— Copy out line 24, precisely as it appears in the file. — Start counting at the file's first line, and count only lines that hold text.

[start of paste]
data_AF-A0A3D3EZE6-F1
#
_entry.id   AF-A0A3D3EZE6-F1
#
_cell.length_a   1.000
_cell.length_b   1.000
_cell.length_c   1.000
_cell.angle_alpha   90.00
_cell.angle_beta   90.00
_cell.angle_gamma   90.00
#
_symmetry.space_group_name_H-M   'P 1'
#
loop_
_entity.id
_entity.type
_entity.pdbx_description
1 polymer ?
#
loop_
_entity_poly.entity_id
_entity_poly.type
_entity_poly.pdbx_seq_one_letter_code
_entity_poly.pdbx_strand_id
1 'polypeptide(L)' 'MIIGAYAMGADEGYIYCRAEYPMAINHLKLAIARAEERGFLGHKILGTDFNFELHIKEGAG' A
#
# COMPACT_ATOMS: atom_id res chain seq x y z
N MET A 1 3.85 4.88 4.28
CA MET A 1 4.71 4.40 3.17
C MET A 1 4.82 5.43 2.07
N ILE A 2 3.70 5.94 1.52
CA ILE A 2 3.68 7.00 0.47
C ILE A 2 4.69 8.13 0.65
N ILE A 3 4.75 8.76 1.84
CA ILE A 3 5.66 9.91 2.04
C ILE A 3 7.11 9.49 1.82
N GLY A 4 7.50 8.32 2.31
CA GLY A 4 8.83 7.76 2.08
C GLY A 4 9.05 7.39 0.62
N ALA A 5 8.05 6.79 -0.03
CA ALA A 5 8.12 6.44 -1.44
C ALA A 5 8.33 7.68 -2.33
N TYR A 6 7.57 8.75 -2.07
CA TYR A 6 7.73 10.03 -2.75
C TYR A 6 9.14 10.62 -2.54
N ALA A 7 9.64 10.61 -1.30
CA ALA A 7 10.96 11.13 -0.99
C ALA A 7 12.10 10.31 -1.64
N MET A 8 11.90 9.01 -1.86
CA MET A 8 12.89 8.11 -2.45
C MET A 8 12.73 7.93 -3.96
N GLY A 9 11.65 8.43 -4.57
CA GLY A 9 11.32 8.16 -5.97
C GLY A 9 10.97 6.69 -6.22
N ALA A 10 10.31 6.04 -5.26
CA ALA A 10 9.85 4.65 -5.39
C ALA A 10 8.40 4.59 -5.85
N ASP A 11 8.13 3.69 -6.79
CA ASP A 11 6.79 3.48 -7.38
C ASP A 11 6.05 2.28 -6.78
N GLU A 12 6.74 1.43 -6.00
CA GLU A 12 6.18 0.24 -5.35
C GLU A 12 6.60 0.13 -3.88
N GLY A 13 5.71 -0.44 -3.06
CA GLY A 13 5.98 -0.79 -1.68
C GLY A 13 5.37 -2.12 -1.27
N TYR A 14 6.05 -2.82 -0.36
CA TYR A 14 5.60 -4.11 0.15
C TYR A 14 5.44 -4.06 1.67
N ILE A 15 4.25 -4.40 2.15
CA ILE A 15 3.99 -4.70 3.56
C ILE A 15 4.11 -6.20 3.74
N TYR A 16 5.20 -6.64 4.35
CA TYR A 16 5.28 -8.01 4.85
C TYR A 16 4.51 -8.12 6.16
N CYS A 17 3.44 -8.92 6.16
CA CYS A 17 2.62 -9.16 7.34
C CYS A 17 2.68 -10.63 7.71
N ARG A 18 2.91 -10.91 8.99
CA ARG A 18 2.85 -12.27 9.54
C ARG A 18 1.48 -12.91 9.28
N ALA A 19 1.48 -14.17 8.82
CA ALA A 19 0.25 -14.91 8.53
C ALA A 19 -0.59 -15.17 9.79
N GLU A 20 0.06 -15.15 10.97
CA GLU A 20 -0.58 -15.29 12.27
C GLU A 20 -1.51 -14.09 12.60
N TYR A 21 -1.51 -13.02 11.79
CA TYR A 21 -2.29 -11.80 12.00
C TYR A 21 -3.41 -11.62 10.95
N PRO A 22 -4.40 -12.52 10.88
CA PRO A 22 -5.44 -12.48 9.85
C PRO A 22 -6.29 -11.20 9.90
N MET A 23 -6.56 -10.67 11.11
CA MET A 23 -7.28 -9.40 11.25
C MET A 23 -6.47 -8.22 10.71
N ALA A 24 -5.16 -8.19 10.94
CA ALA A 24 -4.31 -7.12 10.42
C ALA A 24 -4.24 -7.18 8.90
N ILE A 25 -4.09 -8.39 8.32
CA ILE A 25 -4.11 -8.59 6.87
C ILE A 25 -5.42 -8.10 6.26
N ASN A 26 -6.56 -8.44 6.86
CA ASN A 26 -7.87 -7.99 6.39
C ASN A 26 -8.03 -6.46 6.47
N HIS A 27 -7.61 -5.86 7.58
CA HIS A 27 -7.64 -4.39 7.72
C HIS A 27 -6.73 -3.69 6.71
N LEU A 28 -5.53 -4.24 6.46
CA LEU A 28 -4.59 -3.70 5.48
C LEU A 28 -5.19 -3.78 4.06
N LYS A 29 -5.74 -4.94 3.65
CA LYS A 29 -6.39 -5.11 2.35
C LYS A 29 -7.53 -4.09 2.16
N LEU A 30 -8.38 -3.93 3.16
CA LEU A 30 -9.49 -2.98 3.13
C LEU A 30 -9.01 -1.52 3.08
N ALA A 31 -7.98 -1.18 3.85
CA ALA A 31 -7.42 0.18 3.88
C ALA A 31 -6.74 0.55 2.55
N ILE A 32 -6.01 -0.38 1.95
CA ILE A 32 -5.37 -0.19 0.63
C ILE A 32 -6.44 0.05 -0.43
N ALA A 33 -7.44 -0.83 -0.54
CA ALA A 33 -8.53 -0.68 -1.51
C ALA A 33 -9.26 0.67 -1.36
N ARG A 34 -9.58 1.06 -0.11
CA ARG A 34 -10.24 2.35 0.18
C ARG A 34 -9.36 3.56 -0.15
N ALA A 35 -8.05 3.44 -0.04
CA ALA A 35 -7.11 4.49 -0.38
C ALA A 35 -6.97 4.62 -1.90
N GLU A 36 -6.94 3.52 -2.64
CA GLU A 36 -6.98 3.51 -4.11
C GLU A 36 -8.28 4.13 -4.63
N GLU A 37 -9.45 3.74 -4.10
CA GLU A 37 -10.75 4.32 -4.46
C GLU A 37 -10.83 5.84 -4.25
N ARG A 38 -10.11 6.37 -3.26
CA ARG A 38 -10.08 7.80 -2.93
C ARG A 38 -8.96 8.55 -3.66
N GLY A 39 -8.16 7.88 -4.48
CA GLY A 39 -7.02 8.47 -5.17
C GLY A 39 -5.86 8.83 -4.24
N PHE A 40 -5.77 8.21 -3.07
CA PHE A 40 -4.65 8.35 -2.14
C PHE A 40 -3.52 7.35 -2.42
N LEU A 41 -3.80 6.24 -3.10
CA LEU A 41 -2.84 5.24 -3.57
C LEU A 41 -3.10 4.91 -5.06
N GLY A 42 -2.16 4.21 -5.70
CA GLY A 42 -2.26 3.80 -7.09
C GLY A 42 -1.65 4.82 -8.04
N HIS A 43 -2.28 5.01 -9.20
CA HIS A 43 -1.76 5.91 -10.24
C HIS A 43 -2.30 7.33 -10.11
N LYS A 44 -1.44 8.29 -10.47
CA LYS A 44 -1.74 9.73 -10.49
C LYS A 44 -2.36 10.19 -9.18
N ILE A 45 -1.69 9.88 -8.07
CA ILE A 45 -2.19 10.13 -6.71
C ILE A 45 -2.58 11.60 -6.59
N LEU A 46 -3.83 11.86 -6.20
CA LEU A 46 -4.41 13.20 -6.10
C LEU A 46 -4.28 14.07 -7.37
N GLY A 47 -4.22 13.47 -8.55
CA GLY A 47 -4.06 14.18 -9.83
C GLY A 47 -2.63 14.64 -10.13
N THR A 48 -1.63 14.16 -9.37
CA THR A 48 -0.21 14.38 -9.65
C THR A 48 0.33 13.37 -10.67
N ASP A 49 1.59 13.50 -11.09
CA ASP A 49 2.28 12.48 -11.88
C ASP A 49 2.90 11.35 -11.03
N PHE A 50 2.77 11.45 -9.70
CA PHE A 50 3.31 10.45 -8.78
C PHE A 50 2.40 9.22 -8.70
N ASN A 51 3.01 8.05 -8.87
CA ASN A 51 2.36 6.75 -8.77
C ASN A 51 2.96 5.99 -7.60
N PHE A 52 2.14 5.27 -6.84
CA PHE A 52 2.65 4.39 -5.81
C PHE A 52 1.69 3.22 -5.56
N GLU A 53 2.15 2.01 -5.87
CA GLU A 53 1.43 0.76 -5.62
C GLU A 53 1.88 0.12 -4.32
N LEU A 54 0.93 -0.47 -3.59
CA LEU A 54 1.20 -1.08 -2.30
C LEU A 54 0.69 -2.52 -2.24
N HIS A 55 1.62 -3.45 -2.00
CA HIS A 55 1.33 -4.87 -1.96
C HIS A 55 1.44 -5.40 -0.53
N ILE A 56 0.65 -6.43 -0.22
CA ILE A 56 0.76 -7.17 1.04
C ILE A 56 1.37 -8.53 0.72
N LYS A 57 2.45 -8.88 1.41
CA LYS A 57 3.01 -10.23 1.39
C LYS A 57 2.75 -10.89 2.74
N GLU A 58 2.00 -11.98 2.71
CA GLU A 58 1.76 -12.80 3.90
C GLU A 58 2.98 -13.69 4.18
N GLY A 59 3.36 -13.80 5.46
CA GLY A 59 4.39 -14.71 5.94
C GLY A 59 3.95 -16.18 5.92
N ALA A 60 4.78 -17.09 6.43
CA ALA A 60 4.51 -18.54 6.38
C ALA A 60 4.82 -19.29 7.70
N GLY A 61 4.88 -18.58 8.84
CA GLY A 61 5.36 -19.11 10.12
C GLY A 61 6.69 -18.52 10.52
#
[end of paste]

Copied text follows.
_entity_poly.pdbx_strand_id